Wednesday, April 28, 2010


I remember the day of the birth so well. Early AM, I called the doctor.

Yes, close. Pretty close. I'm thinking of coming in soon. Now? Right now?

Do I want to have him at home? Well, it would be better than the car, I guess.

A few hours later I was the happiest lady on earth, holding one tomato-red, cone-headed boy.

Tuesday, April 27, 2010

Spring Titles: The Academy of American Poets

One cool thing, Southern Comfort was listed as a new spring title with The Academy of American Poets. So was Underlife by January and Losing Season by Jack Ridl. Thank you, CavanKerry Press!

It's Cultural

A friend of mine once explained everything she did (or everything that she did that was peculiar) as--It's cultural. She was just from the south.

I was thinking about cultural differences the other day, how one word or habit doesn't translate exactly into another.

How, for example, in this country, if a person bows his head and fiddles with his lap, you might assume he is texting. In France, I am told, it's very rude to look down and do something with your hands like that. One makes a very different assumption.

Once I asked a French guest what he found most peculiar about Americans. We were driving on the freeway at the time. He said, Americans pass on the right. And then he grinned. And they are SO extra-extra large. You guys need to stay on the ground. I don't want to fly in an airplane with too many Americans.

A Spanish friend once commented on the Americans love of violence, esp. on TV. Our comfort with violence, she said, is really weird. She said that in Spain folks don't relax by watching Arnold. At the same time, they aren't alarmed by nudity. A woman's bare breasts, for example, are seen in an ad that everyone watches on TV.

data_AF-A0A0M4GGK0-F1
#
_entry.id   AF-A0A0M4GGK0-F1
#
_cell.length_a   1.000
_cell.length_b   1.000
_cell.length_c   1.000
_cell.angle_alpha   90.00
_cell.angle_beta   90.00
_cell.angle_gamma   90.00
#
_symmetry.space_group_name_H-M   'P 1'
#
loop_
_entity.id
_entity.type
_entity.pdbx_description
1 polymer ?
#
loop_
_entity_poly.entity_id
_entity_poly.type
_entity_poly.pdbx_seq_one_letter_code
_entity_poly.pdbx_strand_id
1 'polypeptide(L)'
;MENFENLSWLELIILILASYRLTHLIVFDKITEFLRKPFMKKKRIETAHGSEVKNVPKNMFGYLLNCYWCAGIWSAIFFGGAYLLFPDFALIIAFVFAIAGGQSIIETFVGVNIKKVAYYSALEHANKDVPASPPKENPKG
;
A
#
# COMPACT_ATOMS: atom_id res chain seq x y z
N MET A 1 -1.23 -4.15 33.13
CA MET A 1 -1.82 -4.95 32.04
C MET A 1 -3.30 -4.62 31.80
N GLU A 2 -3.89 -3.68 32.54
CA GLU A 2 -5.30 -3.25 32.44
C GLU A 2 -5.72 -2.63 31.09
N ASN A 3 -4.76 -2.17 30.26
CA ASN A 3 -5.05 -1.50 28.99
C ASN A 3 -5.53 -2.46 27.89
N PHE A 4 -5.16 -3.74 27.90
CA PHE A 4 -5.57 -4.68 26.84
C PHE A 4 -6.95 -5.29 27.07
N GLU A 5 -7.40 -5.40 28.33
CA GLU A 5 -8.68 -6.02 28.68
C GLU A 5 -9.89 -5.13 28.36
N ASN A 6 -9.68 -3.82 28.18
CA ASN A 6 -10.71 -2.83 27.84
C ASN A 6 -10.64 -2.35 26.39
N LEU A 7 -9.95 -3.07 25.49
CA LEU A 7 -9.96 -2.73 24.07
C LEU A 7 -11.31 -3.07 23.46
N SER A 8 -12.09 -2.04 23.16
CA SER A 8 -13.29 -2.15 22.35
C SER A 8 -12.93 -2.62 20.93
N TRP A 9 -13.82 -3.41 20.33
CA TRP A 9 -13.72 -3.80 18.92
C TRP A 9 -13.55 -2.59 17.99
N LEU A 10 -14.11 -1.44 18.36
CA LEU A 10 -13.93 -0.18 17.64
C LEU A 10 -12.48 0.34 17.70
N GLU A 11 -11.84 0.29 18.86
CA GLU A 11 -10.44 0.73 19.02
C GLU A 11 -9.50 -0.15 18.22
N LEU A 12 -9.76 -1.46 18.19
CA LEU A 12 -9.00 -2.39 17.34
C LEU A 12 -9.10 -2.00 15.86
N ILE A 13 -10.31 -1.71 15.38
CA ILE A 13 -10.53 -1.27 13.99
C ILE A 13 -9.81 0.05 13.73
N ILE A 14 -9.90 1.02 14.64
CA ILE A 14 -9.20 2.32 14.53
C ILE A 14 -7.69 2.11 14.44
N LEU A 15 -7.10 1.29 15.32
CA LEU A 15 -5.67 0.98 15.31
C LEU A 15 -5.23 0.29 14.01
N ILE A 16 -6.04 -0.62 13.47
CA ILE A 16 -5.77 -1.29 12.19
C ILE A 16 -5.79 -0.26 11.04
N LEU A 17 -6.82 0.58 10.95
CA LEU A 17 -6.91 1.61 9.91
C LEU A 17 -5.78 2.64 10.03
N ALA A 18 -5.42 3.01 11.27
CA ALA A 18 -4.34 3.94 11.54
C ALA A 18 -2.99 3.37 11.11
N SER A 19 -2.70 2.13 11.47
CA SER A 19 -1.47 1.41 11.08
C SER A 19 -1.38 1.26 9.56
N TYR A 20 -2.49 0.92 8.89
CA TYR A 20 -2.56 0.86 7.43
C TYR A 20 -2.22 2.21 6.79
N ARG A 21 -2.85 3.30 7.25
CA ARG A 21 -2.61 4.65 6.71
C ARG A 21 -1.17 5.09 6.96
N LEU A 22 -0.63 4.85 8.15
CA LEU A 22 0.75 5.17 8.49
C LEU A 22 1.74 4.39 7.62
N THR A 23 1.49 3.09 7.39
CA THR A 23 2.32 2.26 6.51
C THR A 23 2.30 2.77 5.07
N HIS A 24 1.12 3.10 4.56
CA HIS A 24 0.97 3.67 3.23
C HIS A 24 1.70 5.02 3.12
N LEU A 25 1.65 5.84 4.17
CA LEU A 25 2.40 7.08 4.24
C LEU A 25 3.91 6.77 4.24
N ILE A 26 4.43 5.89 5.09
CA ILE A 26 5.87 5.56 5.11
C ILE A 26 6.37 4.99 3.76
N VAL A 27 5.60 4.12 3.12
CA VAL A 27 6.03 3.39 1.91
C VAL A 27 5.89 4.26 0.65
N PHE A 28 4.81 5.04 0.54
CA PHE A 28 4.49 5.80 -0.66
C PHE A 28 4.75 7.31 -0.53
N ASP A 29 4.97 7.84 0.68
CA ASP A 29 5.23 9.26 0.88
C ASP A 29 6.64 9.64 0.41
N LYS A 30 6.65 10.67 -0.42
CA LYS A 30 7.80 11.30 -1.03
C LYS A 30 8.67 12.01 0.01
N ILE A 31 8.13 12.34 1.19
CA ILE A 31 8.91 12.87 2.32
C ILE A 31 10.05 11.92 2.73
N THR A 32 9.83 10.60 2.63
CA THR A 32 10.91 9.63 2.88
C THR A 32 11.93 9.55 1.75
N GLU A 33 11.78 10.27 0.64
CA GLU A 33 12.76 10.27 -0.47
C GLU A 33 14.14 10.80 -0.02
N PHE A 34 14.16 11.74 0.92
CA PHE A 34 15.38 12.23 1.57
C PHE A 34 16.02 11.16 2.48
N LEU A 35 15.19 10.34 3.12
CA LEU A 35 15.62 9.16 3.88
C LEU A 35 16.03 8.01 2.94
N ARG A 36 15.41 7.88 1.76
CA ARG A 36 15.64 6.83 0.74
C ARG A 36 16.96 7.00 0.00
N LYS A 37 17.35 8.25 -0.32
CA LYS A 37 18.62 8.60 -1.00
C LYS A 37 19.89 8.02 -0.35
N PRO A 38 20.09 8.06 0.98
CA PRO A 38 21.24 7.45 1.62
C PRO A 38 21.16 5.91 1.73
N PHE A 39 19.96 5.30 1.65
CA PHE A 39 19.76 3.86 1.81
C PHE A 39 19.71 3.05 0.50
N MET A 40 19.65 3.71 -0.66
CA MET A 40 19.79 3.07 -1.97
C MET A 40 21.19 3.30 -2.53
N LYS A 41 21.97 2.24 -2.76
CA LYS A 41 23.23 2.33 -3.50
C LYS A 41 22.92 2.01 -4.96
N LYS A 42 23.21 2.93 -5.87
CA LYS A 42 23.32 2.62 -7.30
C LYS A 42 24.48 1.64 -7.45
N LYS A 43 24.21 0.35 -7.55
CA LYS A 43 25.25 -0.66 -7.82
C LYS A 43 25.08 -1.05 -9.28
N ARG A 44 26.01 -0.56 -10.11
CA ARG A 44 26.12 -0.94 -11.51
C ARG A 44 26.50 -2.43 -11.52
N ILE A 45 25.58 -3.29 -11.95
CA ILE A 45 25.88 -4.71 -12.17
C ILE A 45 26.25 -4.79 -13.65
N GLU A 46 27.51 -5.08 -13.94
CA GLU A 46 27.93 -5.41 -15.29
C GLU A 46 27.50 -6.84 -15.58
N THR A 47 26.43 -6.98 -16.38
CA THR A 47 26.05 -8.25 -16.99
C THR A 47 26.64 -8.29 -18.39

So Americans, she concluded, are more comfy letting their kids see folks bloodied and blown to bits than letting them see bare breasts. Is that so?

Then she asked . . .

Why is it okay for one president in the U.S. to invade Iraq and cause so much death and destruction, and why is it not okay for another to have an affair with a girl called Monica.
Why is the first considered a good Christian, no matter how many lives he wastes. The other is considered morally corrupt?

I attended a lecture once where a Tibetan monk laughed about how Americans don't think they will ever die. They think reincarnation means they can live forever. That Buddhism is like a Disney movie. My lovely young Americans, he said, please understand. We are all mortals here. Yes, even the Dalai Lama. If you learn nothing else from me, please learn this one lesson. You will die.

Friday, April 23, 2010

Wooster College

I am tired! I had my last reading away from home for a while at Wooster College this week. Amazing. Wooster College. It was my second visit there. What a sweet place. Driving there, I kept worrying that I'd missed it. I mean, the drive takes you through Amish country and farmland and one tiny town . . . and somehow seems forever. But then suddenly, out of nowhere, this little college appears. What a college! All immaculate and impressive with its new and old buildings, its green lawns and sports facilities and . . . But what is most impressive are the students. So young, so beautiful (okay, so I'm getting old), so smart, and so engaged. One telling me about Aristotle and Locke, another referring to his paper on Beowulf, another talking about her love of the German language, another about his acceptance to Columbia for graduate work.

And to think, I didn't even know this college existed before I moved to Ohio.

Monday, April 19, 2010

Sunday, April 11, 2010


AWP was the great this year! The panels, the city, the organization, the book fair, the hotel . . . From the shuttle ride in to the shuttle ride out, I was totally entertained. The company of writers can be the best medicine, esp. in times like this.

Monday, April 5, 2010



Serious Business: The Use and Abuse of Humor in Poetry
Friday, April 9
4:30 PM to 5:45 PM
103, 105 - CCC

If you are going to AWP, please come!!!